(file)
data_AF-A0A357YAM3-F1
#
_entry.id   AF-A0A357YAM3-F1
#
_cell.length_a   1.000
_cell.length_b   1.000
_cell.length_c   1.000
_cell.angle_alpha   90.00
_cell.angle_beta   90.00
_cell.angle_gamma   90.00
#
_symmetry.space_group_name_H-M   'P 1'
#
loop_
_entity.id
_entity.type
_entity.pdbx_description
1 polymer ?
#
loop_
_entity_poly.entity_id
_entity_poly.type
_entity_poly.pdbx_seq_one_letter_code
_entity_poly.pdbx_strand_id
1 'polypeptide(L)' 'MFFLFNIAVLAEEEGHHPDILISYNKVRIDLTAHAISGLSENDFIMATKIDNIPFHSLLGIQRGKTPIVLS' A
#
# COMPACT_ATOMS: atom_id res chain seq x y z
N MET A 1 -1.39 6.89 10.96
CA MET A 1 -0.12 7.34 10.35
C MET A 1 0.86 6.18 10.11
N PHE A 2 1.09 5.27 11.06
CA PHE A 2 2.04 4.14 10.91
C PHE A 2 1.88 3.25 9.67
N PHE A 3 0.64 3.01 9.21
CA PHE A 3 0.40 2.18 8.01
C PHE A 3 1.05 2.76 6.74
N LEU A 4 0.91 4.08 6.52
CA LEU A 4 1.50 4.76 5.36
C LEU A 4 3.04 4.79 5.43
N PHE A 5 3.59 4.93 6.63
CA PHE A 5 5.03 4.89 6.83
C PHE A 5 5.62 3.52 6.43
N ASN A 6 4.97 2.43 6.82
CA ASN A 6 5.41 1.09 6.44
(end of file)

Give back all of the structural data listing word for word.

data_AF-A0A357YAM3-F1
#
_entry.id   AF-A0A357YAM3-F1
#
_cell.length_a   1.000
_cell.length_b   1.000
_cell.length_c   1.000
_cell.angle_alpha   90.00
_cell.angle_beta   90.00
_cell.angle_gamma   90.00
#
_symmetry.space_group_name_H-M   'P 1'
#
loop_
_entity.id
_entity.type
_entity.pdbx_description
1 polymer ?
#
loop_
_entity_poly.entity_id
_entity_poly.type
_entity_poly.pdbx_seq_one_letter_code
_entity_poly.pdbx_strand_id
1 'polypeptide(L)' 'MFFLFNIAVLAEEEGHHPDILISYNKVRIDLTAHAISGLSENDFIMATKIDNIPFHSLLGIQRGKTPIVLS' A
#
# COMPACT_ATOMS: atom_id res chain seq x y z
N MET A 1 -1.39 6.89 10.96
CA MET A 1 -0.12 7.34 10.35
C MET A 1 0.86 6.18 10.11
N PHE A 2 1.09 5.27 11.06
CA PHE A 2 2.04 4.14 10.91
C PHE A 2 1.88 3.25 9.67
N PHE A 3 0.64 3.01 9.21
CA PHE A 3 0.40 2.18 8.01
C PHE A 3 1.05 2.76 6.74
N LEU A 4 0.91 4.08 6.52
CA LEU A 4 1.50 4.76 5.36
C LEU A 4 3.04 4.79 5.43
N PHE A 5 3.59 4.93 6.63
CA PHE A 5 5.03 4.89 6.83
C PHE A 5 5.62 3.52 6.43
N ASN A 6 4.97 2.43 6.82
CA ASN A 6 5.41 1.09 6.44